Issue Brief on “A Panoramic View of South Africa’s Case at the International Court of Justice”

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The conflict in Gaza, which commenced on 7 October 2023, has now surpassed 100 days. According to Gaza’s Health Ministry, the death toll has exceeded 23,000 individuals, with more than 10,000 children.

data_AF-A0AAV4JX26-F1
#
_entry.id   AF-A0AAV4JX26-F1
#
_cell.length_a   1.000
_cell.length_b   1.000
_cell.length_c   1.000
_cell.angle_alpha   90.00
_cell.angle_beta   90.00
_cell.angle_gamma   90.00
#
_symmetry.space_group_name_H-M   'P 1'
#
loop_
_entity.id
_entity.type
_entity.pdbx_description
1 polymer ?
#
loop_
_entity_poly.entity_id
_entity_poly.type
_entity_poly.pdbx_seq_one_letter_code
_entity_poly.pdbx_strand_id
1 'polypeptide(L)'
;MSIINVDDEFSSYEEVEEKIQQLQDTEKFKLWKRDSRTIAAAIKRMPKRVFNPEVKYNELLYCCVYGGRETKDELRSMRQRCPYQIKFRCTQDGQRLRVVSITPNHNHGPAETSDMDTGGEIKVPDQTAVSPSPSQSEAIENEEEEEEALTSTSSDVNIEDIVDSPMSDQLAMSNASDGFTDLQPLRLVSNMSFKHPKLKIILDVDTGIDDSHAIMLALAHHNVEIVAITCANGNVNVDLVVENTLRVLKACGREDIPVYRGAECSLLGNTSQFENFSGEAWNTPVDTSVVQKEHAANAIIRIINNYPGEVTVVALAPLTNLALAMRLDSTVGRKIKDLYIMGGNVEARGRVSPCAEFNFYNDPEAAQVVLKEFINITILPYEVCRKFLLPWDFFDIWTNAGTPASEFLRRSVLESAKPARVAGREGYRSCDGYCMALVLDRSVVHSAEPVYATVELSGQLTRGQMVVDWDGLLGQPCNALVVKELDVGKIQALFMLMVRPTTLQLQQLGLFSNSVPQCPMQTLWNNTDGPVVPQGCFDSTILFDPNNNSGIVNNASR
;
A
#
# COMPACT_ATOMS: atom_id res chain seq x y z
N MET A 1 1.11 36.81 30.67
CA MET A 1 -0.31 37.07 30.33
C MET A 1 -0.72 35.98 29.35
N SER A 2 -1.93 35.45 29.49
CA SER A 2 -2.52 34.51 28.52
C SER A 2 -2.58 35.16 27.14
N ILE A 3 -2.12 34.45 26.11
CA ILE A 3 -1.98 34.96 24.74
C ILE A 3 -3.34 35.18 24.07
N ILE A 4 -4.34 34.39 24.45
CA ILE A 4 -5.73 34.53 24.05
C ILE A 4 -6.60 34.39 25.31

On December 29, 2023, South Africa filed a case against Israel at the International Court of Justice (ICJ) in The Hague. The application, brought under Article IX of the Genocide Convention, states that Israel “intend[s] to bring about the destruction of a substantial part of the Palestinian national, racial and ethnical group, that being the part of the Palestinian group in the Gaza Strip”.[1] South Africa alleges that the State of Israel has failed to prevent genocide, failed to prosecute public incitement to genocide, and has directly engaged in genocidal acts in Gaza. In the 84-page submission, South Africa argued that Israel has violated the 1948 United Nations Genocide Convention, a landmark legal instrument concluded in the aftermath of World War II and the Holocaust. The Genocide Convention, to which both Israel and South Africa are signatories, confers jurisdiction upon the ICJ, the highest legal body within the United Nations, to adjudicate disputes related to the treaty. The case also brings attention to poignant historical parallels within South Africa’s identity, as the African National Congress, its ruling party, has long drawn comparisons between Israel’s policies in Gaza and the West Bank and its own history of apartheid, which concluded in 1994.

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